From the Editor’s Desk

Printed in the  Winter 2018  issue of Quest magazine. 
Citation: Smoley, Richard, "From the Editor’s Desk" Quest 106:1, pg 2


As you know, myth conveys truths that cannot be expressed in ordinary language.

Here is one of the most ancient and universal myths. Once there was a cosmic being, who lived on a plane of existence on a much grander scale than our own. Something happened: a fall. We are not sure what this was—a deliberate choice, an act of rebellion, a fatal mistake, perhaps even a felix culpa: a “fortunate fault” that appeared to be a sin or an error but was in fact necessary for some unknown purpose—the acquisition of knowledge perhaps.

Of course this fall cannot be connected with anything on the timeline of history, even the history of the cosmos. That is because time and space—the background against which history takes place—are themselves the result of this event. We might be tempted to identify it with the Big Bang of physics, but I would be reluctant to do so, if only because ten or twenty or fifty years from now, physics may well change its mind (as it is entitled to) and decide that the Big Bang did not happen after all.

Often this being is imagined as a cosmic human that is composed of all men and women. But this fall caused this being to shatter into billions of tiny fragments, each of which believed it was alone and independent and forgot that it had ever been—and still was—united with a greater whole.

Each of these fragments is one of us. We imagine ourselves to be isolated and autonomous, but actually we remain inseparably connected to this universal human. We even know this truth at some level, although usually unconsciously. H.P. Blavatsky is quoted as saying, “ Universal brotherhood rests upon the common soul. It is because there is one soul common to all men, that brotherhood, or even common understanding is possible.” (Blavatsky, Collected Writings, 8:408).

Although the details vary, we can see this myth at the core of the tale of the biblical Fall of Adam, the Hindu descent of Purusha into avidya or obliviousness, and the dismembering of Gayomart in the Zoroastrian tradition, among many others. Indeed Adam, Purusha, and Gayomart are only a few of the names that have been given to this cosmic human over the course of time. I believe that this idea is also the central message of Finnegans Wake, the cryptic masterpiece by James Joyce.

To continue with the myth, even in this cosmic shattering there were some fragments that did not forget that they were part of this whole, or, if they did forget, remembered comparatively soon. They recognized, and recognize, one another, just as two people who are awake in a roomful of sleeping people soon become aware of each other. And they also understood that they had to awaken all the sleepers, not merely as a virtuous action, but because this was the only way that the cosmic being could be restored to his pristine state.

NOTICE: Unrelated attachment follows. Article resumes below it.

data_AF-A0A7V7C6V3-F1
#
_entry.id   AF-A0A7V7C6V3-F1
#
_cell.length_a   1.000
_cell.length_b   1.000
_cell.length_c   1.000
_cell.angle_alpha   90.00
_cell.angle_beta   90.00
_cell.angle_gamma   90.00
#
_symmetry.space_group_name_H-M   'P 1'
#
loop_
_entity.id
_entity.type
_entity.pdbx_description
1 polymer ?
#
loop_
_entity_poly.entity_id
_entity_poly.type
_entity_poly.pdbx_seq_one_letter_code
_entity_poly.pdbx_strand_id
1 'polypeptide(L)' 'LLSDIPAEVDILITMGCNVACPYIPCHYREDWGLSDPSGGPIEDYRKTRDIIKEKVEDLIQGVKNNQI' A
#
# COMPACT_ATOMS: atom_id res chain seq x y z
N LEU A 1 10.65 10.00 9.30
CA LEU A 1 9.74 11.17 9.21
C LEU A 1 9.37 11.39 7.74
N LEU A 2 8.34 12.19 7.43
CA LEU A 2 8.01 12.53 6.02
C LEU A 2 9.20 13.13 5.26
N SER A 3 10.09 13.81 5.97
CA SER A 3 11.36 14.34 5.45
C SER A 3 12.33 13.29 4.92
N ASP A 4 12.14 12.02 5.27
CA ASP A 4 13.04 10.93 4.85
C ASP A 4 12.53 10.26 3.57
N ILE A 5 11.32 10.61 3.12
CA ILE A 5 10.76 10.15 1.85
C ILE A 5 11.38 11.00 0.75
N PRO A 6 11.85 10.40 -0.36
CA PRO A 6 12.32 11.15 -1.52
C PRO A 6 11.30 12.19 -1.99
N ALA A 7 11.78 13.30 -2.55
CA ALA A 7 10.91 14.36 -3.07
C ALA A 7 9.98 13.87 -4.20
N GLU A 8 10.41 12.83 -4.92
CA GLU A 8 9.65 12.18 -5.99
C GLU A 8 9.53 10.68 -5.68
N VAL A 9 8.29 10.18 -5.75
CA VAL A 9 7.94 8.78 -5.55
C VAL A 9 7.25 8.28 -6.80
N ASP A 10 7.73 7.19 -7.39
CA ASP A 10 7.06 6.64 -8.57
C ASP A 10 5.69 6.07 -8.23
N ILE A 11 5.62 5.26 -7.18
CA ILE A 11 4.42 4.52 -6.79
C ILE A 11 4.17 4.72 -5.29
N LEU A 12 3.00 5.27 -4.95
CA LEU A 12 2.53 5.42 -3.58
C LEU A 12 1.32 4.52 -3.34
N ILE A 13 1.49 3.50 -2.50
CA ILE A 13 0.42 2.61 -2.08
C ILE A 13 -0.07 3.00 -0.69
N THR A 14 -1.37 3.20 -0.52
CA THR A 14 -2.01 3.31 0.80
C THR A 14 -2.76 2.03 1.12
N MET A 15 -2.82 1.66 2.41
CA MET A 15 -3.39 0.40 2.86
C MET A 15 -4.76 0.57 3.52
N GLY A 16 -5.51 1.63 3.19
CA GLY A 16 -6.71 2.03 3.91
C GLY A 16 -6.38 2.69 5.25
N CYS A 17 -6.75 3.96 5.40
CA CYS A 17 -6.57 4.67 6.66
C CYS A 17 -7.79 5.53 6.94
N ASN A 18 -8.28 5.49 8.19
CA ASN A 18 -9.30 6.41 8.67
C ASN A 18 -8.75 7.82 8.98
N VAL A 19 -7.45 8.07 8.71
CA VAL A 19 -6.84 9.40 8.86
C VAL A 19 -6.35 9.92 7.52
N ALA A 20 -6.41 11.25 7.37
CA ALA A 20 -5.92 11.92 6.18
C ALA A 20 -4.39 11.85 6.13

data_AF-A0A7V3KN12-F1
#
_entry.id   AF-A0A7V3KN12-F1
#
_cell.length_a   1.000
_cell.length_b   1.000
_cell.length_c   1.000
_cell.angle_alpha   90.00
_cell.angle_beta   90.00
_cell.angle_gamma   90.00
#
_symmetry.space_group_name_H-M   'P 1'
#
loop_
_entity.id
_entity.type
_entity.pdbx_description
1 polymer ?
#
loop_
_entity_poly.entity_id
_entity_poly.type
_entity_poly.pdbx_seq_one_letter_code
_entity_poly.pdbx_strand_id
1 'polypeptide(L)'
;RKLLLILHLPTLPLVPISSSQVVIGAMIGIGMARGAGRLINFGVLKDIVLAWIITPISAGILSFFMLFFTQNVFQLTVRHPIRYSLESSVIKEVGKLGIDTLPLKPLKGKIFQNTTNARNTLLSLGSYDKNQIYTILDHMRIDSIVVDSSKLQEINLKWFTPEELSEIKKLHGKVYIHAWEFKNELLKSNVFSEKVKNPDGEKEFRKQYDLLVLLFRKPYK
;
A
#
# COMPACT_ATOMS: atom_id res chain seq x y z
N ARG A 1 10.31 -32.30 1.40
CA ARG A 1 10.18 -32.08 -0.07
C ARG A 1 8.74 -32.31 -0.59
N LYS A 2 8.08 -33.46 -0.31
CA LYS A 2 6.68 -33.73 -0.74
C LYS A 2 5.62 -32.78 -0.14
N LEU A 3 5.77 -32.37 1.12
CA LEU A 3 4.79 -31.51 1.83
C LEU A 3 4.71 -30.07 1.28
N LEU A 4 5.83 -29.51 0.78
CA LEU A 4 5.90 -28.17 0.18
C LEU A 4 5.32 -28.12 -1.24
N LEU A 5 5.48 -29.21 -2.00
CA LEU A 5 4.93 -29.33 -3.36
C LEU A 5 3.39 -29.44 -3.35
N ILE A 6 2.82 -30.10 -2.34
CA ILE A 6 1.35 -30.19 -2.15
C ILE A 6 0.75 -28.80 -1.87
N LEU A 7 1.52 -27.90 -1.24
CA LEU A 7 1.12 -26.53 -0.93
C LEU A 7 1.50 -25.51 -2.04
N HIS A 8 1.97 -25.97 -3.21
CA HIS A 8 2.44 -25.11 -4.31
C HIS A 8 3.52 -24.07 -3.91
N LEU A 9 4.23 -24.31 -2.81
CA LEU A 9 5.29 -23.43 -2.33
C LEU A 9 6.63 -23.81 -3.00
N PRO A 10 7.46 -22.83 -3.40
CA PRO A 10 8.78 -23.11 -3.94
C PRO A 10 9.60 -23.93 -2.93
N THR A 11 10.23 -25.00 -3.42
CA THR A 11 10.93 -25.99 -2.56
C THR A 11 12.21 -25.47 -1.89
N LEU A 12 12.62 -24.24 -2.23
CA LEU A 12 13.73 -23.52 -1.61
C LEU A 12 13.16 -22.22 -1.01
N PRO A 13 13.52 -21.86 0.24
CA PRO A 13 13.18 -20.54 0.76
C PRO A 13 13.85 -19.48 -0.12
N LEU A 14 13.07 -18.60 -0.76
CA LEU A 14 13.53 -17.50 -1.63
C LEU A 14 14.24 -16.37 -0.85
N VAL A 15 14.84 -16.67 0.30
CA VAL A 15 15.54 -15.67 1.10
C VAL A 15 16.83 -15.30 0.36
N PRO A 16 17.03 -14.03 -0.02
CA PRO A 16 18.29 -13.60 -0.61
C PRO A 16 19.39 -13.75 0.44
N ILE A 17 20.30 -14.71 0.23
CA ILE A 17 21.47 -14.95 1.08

There are names for this group of people who are at least relatively awake. One of the best-known is the Brotherhood. (Of course the term is not gender-specific; it includes men and women equally.) The Brotherhood cannot be associated with any specific organization or tradition, no matter how much some may want it to be. It is not an organization. At street level, it is simply the collection of people who recognize their common origin and work to restore their common life. Beings on higher levels, which some identify with the Masters, are part of the same movement, but in other realms. We do not know much about these realms.

Some in the street-level Brotherhood are esotericists; many, no doubt most, are not. Their qualifications come not from any external initiatory rites (although these may take place) but from their awareness of their purpose and their commitment to fulfilling it. To invoke the theme of this issue, this Brotherhood can be seen as the divine seed that will bear fruit in the ultimate restoration of this cosmic being.

The Theosophical Society was almost certainly formed with some understanding of these ideas. That is very likely why its First Object is given as “to form a nucleus of the universal brotherhood of humanity” (note the word brotherhood here). Again, of course, the Theosophical Society cannot be equated with the Brotherhood in any simplistic way. It is, like all the others, merely a branch of something much larger that will never and can never be organized in the form of a company or foundation. (I note in Vic Hao Chin’s article “Brotherhood” in the Theosophical Encyclopedia that originally the First Object was “to form the nucleus of the Universal Brotherhood of Humanity,” but in 1896 was changed to read “to form a nucleus.”) But we may believe that it remains connected to this larger entity and will continue to serve its purposes.

Richard Smoley

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